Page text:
Winant says Dudek is professional and well-respected by customers.

“They trust him,” he says. “He stands behind what he says and delivers. We’re all in it to make a profit, but he ensures we deliver a quality product.”

A father’s love

Another source of pride for Dudek is his family. Dudek and his wife, Anna, married in May 2017.

Dudek’s wish for a big family instantly came true as Anna had six children from a previous marriage—Desiree, Mark, Angel, Alex, Benji and Nina. The couple also have four children together—daughter Emma, twins Noah and Lily, and daughter Bella Rose. The children range in age from 1 year old to 26 years old, and Anna homeschools five of the younger children.

“We have a humungous family,” Dudek says. “When I walk through the door, all my kids are chomping at the bit. My personal time is spent with my children. I want to make sure, no matter what, I’m always there for my kids.”

The family lives on 10.5 acres in southeast Georgia and enjoys being outdoors.

“We have our own fishing pond and four-wheelers,” Dudek says. “I’m big on the outdoors life. I like walking down my driveway and following deer tracks with my kids.”

But his idyllic life is not without hardship. Tragedy struck the Dudek family in July 2021. Sons Mark (25), Angel (23) and Alex (21) were in Tampa, Fla., and Angel was having problems with his girlfriend. When the three brothers went to see her, she and a man she was dating ambushed them. All three were shot, and Mark passed away at the scene. Angel and Alex survived, but Angel was shot in his leg and Alex was shot in his abdomen.

“When we got to the hospital, they had to remove part of Alex’s liver, kidneys and lung,” Dudek says. “They told us there was a 1% chance he would live. He was on a ventilator for two weeks, and we were told to say our final goodbyes.

“2021 was a trying year for me,” he continues. “But I told myself, no matter what, my obligation is to make sure I take care of my children. So I took two weeks off to help the family and then returned to work. I have a wall I can build to separate my personal life from my job, and I built that wall every day on the way to work.”

Dudek says he continues to do what he does best, which is provide for his family and make an honest living.

“Markie wouldn’t have wanted me to quit or have it inhibit what I’m doing for the rest of the family, so I pray every day to him,” he continues. “I’m still here and plugging away at everything I know is critical for my career and my family.”

Dudek says he is blessed to have his wife, who he says is his rock.

“Without her in my life, I wouldn’t be who I am,” Dudek says. “I see how strong she is. Beside every married man is a stronger woman.”

Dudek’s hardships and blessings inspire him to help others.

“If I can do something related to my trade to help someone, I’ll do it for a barbecue,” he says. “The reward is walking away and seeing the relief of the people I’ve helped.

“I’m concerned about everyone around me because if I’m going to be a man of Jesus, I want to live and act like he did,” he continues. “He was a servant to every person. My life goal is when I see somebody in need to ask them if they need help.”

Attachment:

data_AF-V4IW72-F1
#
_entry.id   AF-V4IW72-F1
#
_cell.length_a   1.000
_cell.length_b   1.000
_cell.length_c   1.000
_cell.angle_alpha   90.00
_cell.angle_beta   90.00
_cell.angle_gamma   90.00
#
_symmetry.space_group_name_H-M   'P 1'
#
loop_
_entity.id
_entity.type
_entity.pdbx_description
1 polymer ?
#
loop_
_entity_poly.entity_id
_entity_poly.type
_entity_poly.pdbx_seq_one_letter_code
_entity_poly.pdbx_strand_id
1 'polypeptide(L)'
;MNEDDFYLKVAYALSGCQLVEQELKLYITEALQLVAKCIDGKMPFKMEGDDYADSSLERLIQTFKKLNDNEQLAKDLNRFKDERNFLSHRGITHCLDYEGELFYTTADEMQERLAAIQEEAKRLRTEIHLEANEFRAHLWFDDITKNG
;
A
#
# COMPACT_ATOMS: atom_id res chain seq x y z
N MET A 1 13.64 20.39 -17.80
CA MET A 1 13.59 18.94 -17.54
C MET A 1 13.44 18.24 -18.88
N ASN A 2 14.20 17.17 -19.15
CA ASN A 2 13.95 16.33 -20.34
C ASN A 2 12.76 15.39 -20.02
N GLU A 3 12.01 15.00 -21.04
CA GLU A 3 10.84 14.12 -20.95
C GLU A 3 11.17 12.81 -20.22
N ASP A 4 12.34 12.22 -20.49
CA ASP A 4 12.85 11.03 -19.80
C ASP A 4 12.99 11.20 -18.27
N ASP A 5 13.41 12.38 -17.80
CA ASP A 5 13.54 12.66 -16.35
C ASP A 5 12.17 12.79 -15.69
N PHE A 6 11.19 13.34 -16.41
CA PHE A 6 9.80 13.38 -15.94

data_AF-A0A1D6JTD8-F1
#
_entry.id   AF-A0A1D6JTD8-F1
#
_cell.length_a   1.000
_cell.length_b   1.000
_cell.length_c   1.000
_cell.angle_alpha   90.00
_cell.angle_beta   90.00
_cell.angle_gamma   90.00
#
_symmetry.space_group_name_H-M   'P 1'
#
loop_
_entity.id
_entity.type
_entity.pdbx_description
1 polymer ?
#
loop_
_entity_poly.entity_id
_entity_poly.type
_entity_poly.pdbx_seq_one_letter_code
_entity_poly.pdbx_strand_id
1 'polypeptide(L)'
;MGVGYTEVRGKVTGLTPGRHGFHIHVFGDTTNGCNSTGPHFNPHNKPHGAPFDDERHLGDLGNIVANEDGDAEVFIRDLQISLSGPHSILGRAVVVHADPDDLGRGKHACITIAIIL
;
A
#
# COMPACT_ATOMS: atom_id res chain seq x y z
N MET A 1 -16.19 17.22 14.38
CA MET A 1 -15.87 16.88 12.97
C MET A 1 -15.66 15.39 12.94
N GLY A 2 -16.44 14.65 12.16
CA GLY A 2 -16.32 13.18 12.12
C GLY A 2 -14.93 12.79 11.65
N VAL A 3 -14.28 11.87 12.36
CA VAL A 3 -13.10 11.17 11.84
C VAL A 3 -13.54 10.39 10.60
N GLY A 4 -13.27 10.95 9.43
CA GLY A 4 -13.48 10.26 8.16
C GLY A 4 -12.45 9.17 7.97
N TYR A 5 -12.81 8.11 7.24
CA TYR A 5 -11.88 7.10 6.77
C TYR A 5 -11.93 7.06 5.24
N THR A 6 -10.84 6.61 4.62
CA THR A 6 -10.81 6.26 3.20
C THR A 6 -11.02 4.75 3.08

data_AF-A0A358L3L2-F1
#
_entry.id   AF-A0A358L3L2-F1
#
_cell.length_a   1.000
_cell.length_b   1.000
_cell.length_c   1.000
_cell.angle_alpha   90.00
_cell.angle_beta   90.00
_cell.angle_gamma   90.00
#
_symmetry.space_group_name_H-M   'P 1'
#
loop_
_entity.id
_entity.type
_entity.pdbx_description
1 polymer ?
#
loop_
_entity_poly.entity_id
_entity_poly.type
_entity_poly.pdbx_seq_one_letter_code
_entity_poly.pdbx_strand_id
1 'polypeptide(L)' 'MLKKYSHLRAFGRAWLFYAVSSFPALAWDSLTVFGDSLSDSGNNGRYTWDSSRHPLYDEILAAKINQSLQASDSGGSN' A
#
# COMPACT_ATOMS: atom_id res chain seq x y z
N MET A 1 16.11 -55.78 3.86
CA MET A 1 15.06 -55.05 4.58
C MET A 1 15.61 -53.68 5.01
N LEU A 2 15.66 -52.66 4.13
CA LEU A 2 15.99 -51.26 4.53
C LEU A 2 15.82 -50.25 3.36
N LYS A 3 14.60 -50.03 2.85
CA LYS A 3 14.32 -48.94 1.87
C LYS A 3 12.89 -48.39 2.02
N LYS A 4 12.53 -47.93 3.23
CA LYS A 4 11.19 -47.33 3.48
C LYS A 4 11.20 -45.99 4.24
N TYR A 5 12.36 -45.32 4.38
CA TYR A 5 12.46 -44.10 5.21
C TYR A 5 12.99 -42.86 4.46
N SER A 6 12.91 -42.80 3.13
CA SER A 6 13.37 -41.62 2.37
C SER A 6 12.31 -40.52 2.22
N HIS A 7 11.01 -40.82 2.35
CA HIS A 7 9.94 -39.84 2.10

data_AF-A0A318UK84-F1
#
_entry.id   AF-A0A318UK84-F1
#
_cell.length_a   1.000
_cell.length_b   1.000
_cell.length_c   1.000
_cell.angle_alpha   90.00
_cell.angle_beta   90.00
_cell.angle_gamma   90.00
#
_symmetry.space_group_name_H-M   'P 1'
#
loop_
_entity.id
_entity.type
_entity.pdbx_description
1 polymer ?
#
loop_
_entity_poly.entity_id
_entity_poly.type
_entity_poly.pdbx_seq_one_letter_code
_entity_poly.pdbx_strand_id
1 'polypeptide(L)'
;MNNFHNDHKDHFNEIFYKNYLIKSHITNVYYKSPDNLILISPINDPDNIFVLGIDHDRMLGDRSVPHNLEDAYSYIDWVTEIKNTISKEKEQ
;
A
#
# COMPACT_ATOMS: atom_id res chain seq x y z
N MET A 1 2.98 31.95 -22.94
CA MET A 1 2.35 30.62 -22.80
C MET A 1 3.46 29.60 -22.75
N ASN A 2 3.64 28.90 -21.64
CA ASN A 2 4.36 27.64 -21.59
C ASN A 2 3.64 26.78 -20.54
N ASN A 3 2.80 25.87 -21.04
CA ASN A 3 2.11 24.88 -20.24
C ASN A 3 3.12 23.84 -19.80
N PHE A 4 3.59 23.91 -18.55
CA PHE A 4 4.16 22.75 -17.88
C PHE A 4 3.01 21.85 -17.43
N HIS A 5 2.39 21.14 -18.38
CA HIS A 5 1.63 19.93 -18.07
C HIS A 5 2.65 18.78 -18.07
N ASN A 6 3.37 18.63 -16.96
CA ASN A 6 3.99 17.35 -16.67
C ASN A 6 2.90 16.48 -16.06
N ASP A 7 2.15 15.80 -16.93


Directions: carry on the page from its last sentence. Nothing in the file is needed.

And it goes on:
Dudek participated in this year’s Community Service Day in New Orleans during the 2022 IRE and volunteers for Give Kids the World, a nonprofit program that provides a resort in central Florida where children with critical illnesses and their families are treated to weeklong, cost-free vacations.

Dudek learned more about the nonprofit when performing service work at the resort and immediately decided to volunteer. He and his wife have trimmed bushes, repaired roofs and hung Christmas lights for the families.

“I just think about what they deal with in their lives, and if I can get one smile out of a kid or parent, it means the world to me,” he says.

The sky’s the limit

Dudek explains why he puts in extra effort for other people.

“I go the extra mile because nobody ever did for me,” he says. “I haven’t had people in my life go out of their way for me. If I needed help, I was doing it on my own, and I felt the sting of that when I was younger.

“I wanted to be the kind of guy who helps people,” he continues. “With everyone pitching in, nobody suffers. People need help in life. They need guidance, the pat on the back, the door held open for them. I’m always going to be that person.”

In a testimonial for Dudek’s MVP Award nomination, Robin Woods, safety coordinator for Tecta America Southeast, said she admires Dudek’s ability to inspire others during tough times.

“This has been an incredibly hard year for Dennis; he has experienced family tragedy beyond measure,” Woods says. “When most people would unwittingly let that stress spill over into their work, Dennis continues to inspire those around him. He is, without a doubt, one of the kindest and most hardworking people I have ever met.”

Winant believes Dudek’s future in the industry and Tecta America Southeast is bright.

“Dennis is always willing to take on new challenges and trying to grow and improve his skills,” he says. “He has the drive and ability to move up into more management positions and beyond as other opportunities present themselves. He’s the face of Tecta and the roofing industry. The sky’s the limit.”

Dudek says it was a bit odd to win the Best of the Best Award.

“I didn’t want to be awarded for doing the right thing,” Dudek says. “I’m already awarded and honored by just being here and being able to give back to people who need help and guidance.

“I’ll keep doing what I’m doing,” he continues. “Now that I’ve been honored by this award and all eyes are on me, I need to up my game. A true MVP tries to shatter his record from the year before, and that’s what I’m going to continue to do.”

KRISTA BERNS is an NRCA director of communications.